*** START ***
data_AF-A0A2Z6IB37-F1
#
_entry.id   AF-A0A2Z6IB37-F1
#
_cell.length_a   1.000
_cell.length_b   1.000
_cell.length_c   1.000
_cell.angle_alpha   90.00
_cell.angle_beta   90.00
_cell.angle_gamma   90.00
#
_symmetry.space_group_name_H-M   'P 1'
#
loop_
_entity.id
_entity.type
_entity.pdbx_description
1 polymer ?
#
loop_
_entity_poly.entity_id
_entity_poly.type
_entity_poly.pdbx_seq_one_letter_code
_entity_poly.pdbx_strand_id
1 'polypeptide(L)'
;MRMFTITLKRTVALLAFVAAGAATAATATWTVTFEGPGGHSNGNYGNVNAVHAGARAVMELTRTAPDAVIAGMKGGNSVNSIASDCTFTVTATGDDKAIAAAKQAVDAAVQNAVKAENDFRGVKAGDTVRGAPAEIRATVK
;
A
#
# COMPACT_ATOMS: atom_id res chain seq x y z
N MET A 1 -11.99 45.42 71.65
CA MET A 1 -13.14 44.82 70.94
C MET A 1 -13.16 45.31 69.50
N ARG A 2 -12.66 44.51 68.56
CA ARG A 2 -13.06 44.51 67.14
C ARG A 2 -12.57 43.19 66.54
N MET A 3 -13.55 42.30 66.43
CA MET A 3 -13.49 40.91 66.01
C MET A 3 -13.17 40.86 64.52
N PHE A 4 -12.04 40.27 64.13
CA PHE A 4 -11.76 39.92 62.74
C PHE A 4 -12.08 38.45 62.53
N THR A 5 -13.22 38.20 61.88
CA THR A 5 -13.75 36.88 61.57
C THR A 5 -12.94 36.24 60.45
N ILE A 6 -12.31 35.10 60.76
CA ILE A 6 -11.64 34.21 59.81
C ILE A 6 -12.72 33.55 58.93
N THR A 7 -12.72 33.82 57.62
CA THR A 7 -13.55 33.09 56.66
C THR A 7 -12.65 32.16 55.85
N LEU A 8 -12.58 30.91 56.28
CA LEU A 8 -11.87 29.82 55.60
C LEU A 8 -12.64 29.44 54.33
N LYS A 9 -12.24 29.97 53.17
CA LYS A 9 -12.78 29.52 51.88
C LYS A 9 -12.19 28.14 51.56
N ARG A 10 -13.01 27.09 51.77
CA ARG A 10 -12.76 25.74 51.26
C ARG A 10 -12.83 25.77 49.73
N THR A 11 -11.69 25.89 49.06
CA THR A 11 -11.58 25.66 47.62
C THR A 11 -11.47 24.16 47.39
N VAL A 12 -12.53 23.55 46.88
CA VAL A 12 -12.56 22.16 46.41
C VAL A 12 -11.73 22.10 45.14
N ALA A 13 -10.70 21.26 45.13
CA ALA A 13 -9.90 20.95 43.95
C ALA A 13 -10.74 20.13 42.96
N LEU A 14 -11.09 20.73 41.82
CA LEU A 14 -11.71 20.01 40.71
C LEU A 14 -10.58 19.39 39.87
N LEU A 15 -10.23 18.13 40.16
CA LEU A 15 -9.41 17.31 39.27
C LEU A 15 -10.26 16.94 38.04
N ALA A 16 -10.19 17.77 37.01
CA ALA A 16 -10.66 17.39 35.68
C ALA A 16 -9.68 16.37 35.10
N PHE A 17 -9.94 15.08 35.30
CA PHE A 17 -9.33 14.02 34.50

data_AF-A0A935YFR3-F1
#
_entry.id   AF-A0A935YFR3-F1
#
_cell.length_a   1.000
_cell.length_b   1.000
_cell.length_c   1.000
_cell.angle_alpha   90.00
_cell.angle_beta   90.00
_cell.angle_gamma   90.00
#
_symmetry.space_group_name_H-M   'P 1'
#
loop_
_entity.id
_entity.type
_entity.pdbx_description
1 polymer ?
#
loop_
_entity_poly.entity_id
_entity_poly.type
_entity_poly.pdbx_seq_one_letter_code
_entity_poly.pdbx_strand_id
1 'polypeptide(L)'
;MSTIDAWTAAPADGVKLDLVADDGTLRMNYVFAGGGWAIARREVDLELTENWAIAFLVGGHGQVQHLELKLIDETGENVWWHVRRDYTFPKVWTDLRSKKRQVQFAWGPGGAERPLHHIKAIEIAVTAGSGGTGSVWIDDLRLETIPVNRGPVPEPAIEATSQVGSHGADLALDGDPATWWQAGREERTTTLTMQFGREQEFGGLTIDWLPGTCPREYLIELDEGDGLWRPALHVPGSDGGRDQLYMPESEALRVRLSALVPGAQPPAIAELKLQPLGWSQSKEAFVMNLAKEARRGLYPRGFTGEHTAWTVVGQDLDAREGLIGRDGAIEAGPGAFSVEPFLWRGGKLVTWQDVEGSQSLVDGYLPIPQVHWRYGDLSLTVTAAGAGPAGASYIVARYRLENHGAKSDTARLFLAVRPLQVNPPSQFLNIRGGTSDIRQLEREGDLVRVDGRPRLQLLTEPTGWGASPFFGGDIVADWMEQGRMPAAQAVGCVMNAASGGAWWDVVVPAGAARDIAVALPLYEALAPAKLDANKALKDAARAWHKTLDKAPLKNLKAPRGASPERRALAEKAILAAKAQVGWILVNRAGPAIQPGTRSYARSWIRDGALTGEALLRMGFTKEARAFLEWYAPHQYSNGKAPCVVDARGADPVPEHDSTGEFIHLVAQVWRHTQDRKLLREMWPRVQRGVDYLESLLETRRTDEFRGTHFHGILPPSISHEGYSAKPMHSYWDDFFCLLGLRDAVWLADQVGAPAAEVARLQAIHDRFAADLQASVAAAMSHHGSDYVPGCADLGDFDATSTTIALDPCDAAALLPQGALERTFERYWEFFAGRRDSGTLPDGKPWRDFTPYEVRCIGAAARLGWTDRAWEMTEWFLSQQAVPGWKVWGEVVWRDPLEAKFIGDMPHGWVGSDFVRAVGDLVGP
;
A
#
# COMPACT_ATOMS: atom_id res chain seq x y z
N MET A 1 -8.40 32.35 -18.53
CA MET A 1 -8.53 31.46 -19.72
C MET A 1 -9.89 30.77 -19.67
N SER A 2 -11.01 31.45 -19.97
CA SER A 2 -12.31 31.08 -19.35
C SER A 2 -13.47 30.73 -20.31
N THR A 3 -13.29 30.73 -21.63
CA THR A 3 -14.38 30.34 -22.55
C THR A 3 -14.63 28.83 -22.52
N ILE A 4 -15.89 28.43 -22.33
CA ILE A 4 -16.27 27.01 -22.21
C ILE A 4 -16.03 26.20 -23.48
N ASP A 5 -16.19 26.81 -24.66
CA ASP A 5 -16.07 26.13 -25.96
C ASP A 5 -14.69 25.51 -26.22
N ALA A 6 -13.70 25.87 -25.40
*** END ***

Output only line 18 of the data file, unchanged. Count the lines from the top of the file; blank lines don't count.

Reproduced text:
1 polymer ?